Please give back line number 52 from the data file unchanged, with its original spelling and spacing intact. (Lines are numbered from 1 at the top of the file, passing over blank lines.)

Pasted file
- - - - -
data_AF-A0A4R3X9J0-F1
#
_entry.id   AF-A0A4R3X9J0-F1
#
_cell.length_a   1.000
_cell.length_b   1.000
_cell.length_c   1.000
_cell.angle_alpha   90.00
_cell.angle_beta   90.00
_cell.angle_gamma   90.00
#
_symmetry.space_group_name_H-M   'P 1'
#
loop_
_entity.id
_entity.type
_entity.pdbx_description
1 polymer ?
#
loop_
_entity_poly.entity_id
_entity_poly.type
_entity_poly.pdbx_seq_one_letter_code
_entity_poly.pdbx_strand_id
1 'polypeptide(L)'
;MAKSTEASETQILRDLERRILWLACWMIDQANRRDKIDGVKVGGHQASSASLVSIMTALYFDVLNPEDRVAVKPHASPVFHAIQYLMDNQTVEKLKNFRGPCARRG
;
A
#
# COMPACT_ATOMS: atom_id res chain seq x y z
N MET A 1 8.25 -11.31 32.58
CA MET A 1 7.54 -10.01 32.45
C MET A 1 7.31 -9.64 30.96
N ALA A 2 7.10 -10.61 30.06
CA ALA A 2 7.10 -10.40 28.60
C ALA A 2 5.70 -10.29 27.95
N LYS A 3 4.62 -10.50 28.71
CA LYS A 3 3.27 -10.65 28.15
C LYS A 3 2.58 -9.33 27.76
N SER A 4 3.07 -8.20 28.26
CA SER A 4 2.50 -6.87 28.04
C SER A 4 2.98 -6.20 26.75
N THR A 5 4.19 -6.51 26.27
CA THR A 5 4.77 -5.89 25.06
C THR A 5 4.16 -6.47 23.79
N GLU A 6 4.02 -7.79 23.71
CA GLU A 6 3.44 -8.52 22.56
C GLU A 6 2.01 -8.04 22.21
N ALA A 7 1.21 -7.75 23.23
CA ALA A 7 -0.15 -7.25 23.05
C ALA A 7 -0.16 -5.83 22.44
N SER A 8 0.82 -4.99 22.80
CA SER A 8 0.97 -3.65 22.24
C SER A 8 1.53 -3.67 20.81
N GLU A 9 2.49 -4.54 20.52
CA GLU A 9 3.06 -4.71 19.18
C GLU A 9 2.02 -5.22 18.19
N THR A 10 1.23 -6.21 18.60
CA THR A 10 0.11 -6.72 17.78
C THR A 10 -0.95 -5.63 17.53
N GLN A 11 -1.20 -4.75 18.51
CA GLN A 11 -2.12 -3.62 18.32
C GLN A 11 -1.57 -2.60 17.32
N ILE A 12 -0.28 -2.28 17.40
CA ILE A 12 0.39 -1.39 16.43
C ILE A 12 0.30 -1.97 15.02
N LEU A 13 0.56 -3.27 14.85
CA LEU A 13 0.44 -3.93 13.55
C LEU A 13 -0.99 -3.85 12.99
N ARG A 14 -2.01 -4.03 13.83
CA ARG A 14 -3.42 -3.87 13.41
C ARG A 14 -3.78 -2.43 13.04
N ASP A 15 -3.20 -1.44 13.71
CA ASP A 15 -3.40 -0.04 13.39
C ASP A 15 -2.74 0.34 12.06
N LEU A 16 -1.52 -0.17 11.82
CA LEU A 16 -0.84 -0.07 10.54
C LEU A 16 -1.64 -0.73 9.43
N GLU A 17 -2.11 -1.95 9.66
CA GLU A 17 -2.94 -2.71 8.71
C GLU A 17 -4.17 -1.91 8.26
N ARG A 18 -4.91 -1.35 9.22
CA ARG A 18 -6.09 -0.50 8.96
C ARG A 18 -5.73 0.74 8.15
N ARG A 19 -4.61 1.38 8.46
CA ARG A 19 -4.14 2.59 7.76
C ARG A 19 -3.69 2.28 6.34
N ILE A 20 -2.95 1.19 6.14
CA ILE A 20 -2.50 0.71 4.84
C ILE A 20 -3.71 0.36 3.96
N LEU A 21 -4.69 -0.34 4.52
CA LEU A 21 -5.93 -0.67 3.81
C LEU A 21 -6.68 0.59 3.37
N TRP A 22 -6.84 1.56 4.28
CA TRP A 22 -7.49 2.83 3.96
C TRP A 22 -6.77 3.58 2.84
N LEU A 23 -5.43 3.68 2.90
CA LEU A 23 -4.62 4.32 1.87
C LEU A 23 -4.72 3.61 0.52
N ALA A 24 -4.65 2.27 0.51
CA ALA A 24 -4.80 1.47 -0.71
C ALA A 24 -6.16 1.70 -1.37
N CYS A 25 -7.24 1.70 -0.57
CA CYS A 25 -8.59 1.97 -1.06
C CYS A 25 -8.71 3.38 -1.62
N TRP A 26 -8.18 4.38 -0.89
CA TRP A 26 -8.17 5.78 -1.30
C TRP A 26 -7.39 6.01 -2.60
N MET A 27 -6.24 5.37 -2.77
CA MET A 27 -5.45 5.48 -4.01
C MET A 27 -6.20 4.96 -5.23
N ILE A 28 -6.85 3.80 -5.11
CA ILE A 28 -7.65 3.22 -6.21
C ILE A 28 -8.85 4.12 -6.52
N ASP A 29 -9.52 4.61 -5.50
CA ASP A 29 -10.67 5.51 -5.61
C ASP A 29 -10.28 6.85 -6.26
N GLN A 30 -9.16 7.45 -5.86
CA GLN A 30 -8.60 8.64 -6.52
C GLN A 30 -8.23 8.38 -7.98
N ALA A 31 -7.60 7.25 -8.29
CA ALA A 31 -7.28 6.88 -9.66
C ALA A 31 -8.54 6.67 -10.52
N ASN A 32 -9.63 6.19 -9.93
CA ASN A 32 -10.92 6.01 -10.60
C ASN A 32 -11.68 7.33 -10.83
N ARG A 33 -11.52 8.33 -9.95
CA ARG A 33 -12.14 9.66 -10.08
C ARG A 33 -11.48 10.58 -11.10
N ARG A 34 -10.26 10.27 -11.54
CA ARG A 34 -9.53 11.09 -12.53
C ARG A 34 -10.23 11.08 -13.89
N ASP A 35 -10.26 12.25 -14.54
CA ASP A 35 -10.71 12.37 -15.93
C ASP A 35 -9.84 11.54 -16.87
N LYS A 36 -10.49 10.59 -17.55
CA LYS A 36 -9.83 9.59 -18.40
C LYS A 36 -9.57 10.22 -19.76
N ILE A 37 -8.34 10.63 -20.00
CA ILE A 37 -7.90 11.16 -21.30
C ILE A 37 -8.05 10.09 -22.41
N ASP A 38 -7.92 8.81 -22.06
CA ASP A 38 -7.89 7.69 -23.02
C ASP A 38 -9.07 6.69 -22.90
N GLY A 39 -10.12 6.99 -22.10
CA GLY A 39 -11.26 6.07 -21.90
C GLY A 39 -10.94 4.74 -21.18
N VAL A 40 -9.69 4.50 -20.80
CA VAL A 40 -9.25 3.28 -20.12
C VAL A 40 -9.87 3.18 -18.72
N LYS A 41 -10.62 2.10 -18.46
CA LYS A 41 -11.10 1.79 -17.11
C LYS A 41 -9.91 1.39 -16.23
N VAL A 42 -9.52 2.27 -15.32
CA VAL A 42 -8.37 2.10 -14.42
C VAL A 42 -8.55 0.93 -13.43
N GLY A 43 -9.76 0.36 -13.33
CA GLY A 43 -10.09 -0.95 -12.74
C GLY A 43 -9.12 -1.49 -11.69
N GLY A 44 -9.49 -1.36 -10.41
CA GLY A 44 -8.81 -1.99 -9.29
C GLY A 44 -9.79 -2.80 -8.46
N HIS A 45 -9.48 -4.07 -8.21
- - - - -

N SER A 8 0.82 -4.99 22.80